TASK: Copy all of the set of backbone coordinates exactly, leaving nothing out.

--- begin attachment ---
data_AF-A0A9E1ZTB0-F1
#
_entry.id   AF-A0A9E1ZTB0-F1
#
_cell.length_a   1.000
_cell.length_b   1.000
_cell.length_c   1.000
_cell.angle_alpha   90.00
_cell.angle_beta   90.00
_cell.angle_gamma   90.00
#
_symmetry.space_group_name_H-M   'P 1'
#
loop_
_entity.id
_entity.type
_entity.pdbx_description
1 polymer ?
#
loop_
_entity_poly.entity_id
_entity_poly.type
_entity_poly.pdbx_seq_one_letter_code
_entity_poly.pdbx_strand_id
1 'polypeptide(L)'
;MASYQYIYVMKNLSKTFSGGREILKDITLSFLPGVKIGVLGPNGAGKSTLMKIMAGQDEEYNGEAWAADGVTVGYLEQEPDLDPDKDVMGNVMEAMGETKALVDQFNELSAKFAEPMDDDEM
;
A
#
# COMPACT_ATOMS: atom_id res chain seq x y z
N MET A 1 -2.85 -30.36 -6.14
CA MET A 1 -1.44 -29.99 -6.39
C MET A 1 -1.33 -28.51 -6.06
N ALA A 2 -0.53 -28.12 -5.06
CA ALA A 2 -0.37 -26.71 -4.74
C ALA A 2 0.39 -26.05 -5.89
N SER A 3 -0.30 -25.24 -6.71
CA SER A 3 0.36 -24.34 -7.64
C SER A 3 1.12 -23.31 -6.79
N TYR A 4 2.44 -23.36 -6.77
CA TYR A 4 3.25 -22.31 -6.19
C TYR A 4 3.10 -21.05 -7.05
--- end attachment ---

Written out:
data_AF-A0A9E1ZTB0-F1
#
_entry.id   AF-A0A9E1ZTB0-F1
#
_cell.length_a   1.000
_cell.length_b   1.000
_cell.length_c   1.000
_cell.angle_alpha   90.00
_cell.angle_beta   90.00
_cell.angle_gamma   90.00
#
_symmetry.space_group_name_H-M   'P 1'
#
loop_
_entity.id
_entity.type
_entity.pdbx_description
1 polymer ?
#
loop_
_entity_poly.entity_id
_entity_poly.type
_entity_poly.pdbx_seq_one_letter_code
_entity_poly.pdbx_strand_id
1 'polypeptide(L)'
;MASYQYIYVMKNLSKTFSGGREILKDITLSFLPGVKIGVLGPNGAGKSTLMKIMAGQDEEYNGEAWAADGVTVGYLEQEPDLDPDKDVMGNVMEAMGETKALVDQFNELSAKFAEPMDDDEM
;
A
#
# COMPACT_ATOMS: atom_id res chain seq x y z
N MET A 1 -2.85 -30.36 -6.14
CA MET A 1 -1.44 -29.99 -6.39
C MET A 1 -1.33 -28.51 -6.06
N ALA A 2 -0.53 -28.12 -5.06
CA ALA A 2 -0.37 -26.71 -4.74
C ALA A 2 0.39 -26.05 -5.89
N SER A 3 -0.30 -25.24 -6.71
CA SER A 3 0.36 -24.34 -7.64
C SER A 3 1.12 -23.31 -6.79
N TYR A 4 2.44 -23.36 -6.77
CA TYR A 4 3.25 -22.31 -6.19
C TYR A 4 3.10 -21.05 -7.05